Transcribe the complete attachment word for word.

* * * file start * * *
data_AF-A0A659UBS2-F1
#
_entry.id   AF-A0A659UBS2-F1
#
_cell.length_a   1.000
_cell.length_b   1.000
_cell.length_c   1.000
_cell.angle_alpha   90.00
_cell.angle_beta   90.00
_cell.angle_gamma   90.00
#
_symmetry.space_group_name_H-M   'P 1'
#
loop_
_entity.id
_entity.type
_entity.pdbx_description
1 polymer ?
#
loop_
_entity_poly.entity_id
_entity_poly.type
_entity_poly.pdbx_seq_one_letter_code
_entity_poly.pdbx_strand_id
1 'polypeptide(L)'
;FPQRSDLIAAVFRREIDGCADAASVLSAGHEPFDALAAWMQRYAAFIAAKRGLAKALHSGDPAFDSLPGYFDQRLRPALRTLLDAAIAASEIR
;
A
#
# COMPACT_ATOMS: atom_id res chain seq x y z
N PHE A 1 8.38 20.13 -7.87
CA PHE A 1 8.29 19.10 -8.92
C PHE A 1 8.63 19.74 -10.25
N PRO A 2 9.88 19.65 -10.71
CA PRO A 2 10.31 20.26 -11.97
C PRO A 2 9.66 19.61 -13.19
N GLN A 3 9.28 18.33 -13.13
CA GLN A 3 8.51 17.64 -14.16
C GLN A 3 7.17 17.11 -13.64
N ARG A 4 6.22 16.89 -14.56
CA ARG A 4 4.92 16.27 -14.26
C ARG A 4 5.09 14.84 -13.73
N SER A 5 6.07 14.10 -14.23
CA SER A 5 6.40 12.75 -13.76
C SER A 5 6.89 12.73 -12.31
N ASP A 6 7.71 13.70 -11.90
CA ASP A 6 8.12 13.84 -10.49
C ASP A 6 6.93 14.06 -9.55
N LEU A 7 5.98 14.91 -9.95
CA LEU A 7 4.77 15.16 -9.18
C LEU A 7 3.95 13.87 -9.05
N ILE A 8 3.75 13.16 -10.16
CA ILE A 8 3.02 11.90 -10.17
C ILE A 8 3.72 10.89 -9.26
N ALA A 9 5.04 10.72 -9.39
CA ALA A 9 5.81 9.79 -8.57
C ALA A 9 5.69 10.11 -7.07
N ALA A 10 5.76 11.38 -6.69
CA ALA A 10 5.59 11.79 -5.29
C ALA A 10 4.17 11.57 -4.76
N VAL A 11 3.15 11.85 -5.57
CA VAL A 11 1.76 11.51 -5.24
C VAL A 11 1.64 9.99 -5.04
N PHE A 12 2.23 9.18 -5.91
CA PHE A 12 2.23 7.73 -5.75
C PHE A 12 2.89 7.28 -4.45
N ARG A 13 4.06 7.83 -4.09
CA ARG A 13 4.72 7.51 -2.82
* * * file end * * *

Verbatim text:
data_AF-A0A659UBS2-F1
#
_entry.id   AF-A0A659UBS2-F1
#
_cell.length_a   1.000
_cell.length_b   1.000
_cell.length_c   1.000
_cell.angle_alpha   90.00
_cell.angle_beta   90.00
_cell.angle_gamma   90.00
#
_symmetry.space_group_name_H-M   'P 1'
#
loop_
_entity.id
_entity.type
_entity.pdbx_description
1 polymer ?
#
loop_
_entity_poly.entity_id
_entity_poly.type
_entity_poly.pdbx_seq_one_letter_code
_entity_poly.pdbx_strand_id
1 'polypeptide(L)'
;FPQRSDLIAAVFRREIDGCADAASVLSAGHEPFDALAAWMQRYAAFIAAKRGLAKALHSGDPAFDSLPGYFDQRLRPALRTLLDAAIAASEIR
;
A
#
# COMPACT_ATOMS: atom_id res chain seq x y z
N PHE A 1 8.38 20.13 -7.87
CA PHE A 1 8.29 19.10 -8.92
C PHE A 1 8.63 19.74 -10.25
N PRO A 2 9.88 19.65 -10.71
CA PRO A 2 10.31 20.26 -11.97
C PRO A 2 9.66 19.61 -13.19
N GLN A 3 9.28 18.33 -13.13
CA GLN A 3 8.51 17.64 -14.16
C GLN A 3 7.17 17.11 -13.64
N ARG A 4 6.22 16.89 -14.56
CA ARG A 4 4.92 16.27 -14.26
C ARG A 4 5.09 14.84 -13.73
N SER A 5 6.07 14.10 -14.23
CA SER A 5 6.40 12.75 -13.76
C SER A 5 6.89 12.73 -12.31
N ASP A 6 7.71 13.70 -11.90
CA ASP A 6 8.12 13.84 -10.49
C ASP A 6 6.93 14.06 -9.55
N LEU A 7 5.98 14.91 -9.95
CA LEU A 7 4.77 15.16 -9.18
C LEU A 7 3.95 13.87 -9.05
N ILE A 8 3.75 13.16 -10.16
CA ILE A 8 3.02 11.90 -10.17
C ILE A 8 3.72 10.89 -9.26
N ALA A 9 5.04 10.72 -9.39
CA ALA A 9 5.81 9.79 -8.57
C ALA A 9 5.69 10.11 -7.07
N ALA A 10 5.76 11.38 -6.69
CA ALA A 10 5.59 11.79 -5.29
C ALA A 10 4.17 11.57 -4.76
N VAL A 11 3.15 11.85 -5.57
CA VAL A 11 1.76 11.51 -5.24
C VAL A 11 1.64 9.99 -5.04
N PHE A 12 2.23 9.18 -5.91
CA PHE A 12 2.23 7.73 -5.75
C PHE A 12 2.89 7.28 -4.45
N ARG A 13 4.06 7.83 -4.09
CA ARG A 13 4.72 7.51 -2.82